How is the leather industry responsible for deforestation?
by Theo Stanley
Beef production is the largest driver of tropical deforestation in the world – the expansion of cattle ranching drives more forest loss than the production of palm oil, soy and timber products combined. Despite this, the latest Forest 500 Annual Report found that the beef sector still lags behind other sectors in addressing deforestation.
In fact, companies in the beef sector are doing less to address tropical deforestation than companies in soy, palm oil, timber, and pulp & paper supply chains. Only 16 of the 78 companies assessed for beef in the Forest 500 report had commitments to address deforestation. This means a staggering 79% of companies in the beef trade had no commitment to remove deforestation from their beef supply chains.
The average score for beef was just 11%, the lowest of any commodity assessed.
The beef trade
To meet the world’s burgeoning demand, cattle producers are expanding their herds. Native forest, especially in South America, is being slashed, burned and replaced with grazing land, to accommodate for the growing number of cows.
The 2019 Amazon fires were a blazing testimony to the beef industry’s destructive power. Cattle farmers have been found to be responsible for 80% of the current land clearance in the Amazon. Global Forest Watch found that in 2018, Brazil – the largest exporter of beef in the world – lost more primary forest than any other country. In just that one year, 1.3 million hectares of forest were cleared – more than any year since 2008.
Companies taking zero action
The Forest 500 2019 Annual Report found that the private sector is failing to curb the accelerating rates of Amazonian deforestation, which in Brazil, are at their highest rates in more than a decade.
Thirty-four companies assessed for beef (44%) scored zero out of 86. Let alone a public commitment to prevent deforestation in their beef supply chain, they had no public commitments on sustainability, nor policies to protect the human rights of labourers or local people affected by the beef trade. These companies include the European supermarket SPAR and Chinese meat manufacturer WH Group.
The best performing beef company was supermarket group Carrefour, who scored 48 out of 86. And even Carrefour, the most progressive large player in the beef trade, failed to publicly report against their commitments, or even report on the volumes of beef that they source or sell.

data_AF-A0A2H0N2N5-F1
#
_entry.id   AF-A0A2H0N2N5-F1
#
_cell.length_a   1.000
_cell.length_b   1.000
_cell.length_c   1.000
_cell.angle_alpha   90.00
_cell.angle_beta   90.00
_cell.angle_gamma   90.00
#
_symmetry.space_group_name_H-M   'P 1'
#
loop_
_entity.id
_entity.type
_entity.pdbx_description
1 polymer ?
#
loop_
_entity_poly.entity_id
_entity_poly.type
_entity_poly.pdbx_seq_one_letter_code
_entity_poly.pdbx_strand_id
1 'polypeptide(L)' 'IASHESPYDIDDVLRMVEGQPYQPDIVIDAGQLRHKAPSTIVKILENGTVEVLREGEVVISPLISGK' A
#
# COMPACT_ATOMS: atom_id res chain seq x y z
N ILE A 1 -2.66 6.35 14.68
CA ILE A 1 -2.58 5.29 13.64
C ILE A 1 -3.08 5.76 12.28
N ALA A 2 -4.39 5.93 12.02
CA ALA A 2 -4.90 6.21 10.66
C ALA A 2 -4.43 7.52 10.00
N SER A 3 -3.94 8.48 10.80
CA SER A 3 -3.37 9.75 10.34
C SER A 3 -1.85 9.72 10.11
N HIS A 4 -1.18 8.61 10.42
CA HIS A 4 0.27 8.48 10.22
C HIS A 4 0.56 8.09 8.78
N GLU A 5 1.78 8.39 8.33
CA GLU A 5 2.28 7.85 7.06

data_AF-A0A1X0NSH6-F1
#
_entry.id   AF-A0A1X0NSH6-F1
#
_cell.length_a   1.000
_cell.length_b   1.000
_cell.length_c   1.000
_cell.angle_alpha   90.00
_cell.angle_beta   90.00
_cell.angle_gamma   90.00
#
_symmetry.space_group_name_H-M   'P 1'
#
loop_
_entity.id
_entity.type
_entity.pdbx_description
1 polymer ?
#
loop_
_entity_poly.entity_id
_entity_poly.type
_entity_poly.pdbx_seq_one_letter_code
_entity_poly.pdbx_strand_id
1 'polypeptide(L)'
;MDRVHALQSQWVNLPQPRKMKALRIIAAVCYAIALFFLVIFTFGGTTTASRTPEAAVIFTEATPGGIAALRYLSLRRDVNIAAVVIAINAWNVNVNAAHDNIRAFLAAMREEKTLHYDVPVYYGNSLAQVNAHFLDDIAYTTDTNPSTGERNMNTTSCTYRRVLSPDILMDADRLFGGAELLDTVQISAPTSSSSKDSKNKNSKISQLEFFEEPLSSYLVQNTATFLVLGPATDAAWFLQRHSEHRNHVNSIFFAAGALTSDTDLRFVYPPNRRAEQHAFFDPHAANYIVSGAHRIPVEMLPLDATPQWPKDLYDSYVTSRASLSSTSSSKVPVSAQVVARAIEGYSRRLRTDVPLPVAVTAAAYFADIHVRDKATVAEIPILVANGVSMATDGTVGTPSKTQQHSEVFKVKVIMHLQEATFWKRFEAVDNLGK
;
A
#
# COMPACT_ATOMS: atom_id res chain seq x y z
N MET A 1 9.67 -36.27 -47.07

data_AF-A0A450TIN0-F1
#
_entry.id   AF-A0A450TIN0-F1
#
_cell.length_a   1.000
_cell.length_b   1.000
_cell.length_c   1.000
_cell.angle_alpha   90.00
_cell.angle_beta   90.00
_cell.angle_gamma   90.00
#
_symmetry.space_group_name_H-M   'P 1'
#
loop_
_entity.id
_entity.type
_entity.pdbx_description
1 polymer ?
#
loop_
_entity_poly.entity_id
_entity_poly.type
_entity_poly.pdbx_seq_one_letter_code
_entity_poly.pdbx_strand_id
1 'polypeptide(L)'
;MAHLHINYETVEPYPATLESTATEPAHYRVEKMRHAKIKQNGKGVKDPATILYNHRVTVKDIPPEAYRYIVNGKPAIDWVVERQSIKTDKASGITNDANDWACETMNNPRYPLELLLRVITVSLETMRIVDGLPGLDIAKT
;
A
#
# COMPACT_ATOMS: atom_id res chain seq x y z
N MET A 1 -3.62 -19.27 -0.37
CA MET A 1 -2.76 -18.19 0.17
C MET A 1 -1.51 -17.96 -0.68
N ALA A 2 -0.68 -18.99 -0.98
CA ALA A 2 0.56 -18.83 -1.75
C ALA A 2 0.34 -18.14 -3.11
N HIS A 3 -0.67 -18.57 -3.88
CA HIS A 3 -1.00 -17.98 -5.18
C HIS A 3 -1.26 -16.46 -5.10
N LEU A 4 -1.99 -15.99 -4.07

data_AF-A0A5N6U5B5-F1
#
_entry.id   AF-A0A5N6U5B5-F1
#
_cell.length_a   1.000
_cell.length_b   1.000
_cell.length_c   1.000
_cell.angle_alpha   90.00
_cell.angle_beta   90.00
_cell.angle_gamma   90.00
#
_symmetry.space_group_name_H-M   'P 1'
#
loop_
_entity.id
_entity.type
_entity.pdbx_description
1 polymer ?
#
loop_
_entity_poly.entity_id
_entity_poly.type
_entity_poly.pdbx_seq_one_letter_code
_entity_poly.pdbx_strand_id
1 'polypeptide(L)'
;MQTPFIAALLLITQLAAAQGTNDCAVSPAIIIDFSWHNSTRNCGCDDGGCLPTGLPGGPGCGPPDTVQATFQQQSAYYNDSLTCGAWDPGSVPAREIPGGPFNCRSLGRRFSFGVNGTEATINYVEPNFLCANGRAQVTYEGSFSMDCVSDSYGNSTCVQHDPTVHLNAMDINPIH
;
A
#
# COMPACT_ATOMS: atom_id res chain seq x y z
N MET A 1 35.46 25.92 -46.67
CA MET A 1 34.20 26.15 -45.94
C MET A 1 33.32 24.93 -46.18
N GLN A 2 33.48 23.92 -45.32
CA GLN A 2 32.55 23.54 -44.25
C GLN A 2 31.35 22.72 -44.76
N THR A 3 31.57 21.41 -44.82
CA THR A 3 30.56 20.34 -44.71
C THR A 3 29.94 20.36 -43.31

Well-known brands are failing
The number of companies with a beef-related deforestation commitment varied depending on which segment of the supply chain they were operating in.
Ten of the 33 (30%) retailers assessed had commitments to not buy beef associated with deforestation, including fast good giant McDonald’s.
But a number of well-known fast food brands including Taco Bell, KFC and Pizza Hut, who are owned by Yum! Brands, pizza outlet Domino’s, and Subway, whose parent company is Doctor’s Associates, did not have forest-related commitments for their beef supply chains.
Just three of the 18 manufacturers assessed – Mars, Nestle and Unilever – had deforestation commitments. Global brands including Kraft Heinz, Oetker-Group and Tyson Foods have not made a public commitment to address deforestation in their beef supply chains, although Tyson Foods is now working on a deforestation risk assessment.
Just three of the 18 largest beef traders – Marfrig, JBS and Minerva S.A. – had a deforestation commitment. However, these three companies with commitments have repeatedly been associated with deforestation in their sourcing of beef. Research from Global Canopy’s Trase initiative has linked these three companies’ beef exports to 500 square kilometers of deforestation-risk a year in Brazil, because they fail to account for the indirect deforestation in their supply chains.
Just six of the 16 companies with deforestation commitments reported on their progress towards their commitments. If companies are not transparent, it is not possible to know if they are hiding behind strong promises but failing to decisively act. UK supermarket chains Sainsbury’s and Tesco both failed to report against their commitments for beef.
The future of beef
The Chinese market for South American beef is expanding and trade deals are being established to increase imports from Brazil. Efforts are also being made to increase the amount of South American beef imported to Europe, through the EU-Mercosur trade deal. Through international agreements such as these, driven by the burgeoning global beef demand, South American forests are being put under increasing pressure.
Forest 500 has shown that more private sector action is needed to protect tropical forests. Companies must introduce commitments to address deforestation and increase the transparency of their reporting.
And the report has also shown that companies in the beef sector cannot be relied upon to drive change. Regulation and legislated have a role in ensuring companies do not buy beef associated with deforestation. As environmental governance is rolled back in production countries like Brazil, the time has come for consumer governments – like the EU – to introduce regulation that prohibits the trade of beef sourced in recently deforested areas.